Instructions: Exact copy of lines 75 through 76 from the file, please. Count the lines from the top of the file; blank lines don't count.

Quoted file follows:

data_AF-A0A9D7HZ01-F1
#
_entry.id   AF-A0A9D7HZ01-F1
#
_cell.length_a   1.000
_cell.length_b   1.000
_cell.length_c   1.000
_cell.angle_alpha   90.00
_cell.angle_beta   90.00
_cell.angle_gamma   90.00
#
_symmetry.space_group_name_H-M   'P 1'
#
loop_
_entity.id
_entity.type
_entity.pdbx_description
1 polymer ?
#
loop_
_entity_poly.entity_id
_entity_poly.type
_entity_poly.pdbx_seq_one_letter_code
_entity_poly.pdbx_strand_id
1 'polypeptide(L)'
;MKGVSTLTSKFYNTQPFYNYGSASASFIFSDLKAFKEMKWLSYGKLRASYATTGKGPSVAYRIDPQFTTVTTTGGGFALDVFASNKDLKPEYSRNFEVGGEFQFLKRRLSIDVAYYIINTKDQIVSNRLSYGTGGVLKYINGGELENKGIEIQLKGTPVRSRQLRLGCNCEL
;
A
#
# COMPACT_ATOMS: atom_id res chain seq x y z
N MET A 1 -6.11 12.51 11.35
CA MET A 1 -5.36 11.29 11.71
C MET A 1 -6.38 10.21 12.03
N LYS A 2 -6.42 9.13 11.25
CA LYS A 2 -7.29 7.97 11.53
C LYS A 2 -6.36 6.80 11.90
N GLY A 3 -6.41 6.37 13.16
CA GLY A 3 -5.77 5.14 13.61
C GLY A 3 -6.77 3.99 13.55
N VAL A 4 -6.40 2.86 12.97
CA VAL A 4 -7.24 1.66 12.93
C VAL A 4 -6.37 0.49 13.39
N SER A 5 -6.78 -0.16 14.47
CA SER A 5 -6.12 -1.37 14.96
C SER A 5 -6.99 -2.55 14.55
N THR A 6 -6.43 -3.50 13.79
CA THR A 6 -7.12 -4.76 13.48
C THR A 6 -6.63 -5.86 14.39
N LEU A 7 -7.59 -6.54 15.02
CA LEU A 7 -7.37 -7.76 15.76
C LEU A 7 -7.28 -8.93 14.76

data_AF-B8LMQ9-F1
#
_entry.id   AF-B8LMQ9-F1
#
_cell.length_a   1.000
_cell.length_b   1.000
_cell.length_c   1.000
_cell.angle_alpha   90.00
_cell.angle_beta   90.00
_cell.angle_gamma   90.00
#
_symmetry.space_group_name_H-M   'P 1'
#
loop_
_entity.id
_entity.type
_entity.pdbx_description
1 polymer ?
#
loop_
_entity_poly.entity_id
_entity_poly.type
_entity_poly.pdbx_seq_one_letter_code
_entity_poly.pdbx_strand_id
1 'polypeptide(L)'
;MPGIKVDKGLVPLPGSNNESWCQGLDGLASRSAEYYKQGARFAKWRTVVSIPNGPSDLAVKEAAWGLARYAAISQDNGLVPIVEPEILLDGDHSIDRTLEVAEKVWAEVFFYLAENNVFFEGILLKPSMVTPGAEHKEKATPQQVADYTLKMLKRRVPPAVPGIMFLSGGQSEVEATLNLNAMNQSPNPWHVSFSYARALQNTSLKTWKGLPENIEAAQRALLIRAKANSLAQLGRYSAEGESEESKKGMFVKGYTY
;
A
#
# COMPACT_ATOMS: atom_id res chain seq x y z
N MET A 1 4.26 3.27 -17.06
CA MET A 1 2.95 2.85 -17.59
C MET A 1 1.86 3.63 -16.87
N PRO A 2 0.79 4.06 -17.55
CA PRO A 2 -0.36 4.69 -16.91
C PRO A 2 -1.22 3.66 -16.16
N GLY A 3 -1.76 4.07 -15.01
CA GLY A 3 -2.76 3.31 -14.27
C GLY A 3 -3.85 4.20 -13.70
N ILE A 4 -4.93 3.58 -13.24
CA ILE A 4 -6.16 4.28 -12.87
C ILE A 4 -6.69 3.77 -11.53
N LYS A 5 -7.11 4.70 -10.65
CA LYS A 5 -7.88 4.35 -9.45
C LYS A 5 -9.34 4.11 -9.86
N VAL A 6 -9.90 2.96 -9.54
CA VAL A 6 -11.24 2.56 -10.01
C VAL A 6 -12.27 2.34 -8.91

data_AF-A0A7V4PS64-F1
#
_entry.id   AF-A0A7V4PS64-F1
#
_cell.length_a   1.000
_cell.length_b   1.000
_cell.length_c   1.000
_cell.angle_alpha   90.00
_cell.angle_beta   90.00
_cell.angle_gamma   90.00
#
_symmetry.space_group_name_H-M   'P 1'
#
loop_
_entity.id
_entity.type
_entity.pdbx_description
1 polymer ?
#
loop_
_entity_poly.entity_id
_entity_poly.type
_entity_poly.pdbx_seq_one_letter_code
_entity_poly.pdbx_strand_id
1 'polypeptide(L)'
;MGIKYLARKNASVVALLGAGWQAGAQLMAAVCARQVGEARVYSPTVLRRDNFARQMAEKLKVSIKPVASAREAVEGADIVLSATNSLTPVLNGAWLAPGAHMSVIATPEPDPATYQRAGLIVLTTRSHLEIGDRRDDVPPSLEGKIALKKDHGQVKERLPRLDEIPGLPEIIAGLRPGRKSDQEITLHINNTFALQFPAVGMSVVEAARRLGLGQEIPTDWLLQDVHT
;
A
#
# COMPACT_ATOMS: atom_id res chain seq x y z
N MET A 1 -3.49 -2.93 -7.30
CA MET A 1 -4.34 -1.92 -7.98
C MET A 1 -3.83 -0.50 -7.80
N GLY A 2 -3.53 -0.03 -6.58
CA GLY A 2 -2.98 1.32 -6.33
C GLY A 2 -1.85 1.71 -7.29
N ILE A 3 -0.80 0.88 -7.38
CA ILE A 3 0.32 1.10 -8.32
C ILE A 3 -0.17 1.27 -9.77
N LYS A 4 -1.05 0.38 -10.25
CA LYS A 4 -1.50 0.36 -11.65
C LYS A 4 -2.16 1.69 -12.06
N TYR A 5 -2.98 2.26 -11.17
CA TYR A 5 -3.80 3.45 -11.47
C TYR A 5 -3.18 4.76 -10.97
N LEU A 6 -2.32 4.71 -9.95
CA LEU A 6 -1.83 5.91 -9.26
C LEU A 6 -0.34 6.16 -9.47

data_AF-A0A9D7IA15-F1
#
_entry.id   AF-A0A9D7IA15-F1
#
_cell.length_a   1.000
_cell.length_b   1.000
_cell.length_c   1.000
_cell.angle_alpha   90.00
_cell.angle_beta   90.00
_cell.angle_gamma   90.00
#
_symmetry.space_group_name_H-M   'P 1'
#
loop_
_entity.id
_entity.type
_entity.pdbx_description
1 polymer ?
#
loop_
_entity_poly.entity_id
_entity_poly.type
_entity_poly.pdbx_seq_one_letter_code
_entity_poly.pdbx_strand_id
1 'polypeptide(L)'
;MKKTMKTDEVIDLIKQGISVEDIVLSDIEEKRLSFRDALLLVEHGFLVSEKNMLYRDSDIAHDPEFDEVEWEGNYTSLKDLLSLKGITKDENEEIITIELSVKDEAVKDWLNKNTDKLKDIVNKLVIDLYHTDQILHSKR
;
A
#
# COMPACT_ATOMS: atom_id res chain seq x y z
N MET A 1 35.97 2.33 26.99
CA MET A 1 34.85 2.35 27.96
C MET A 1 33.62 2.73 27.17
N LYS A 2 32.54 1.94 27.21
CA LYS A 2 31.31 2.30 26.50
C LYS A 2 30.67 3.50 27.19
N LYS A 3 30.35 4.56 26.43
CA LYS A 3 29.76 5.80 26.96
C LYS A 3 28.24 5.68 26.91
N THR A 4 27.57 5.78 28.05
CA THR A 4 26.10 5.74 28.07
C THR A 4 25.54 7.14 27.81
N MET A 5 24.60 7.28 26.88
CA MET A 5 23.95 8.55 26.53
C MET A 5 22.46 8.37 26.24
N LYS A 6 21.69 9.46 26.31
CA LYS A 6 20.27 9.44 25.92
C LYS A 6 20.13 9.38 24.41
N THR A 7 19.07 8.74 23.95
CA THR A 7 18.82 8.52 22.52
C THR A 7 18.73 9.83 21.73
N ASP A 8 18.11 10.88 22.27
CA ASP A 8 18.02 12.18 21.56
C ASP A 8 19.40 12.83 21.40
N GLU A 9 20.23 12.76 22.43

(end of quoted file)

_entity_poly.pdbx_strand_id
1 'polypeptide(L)'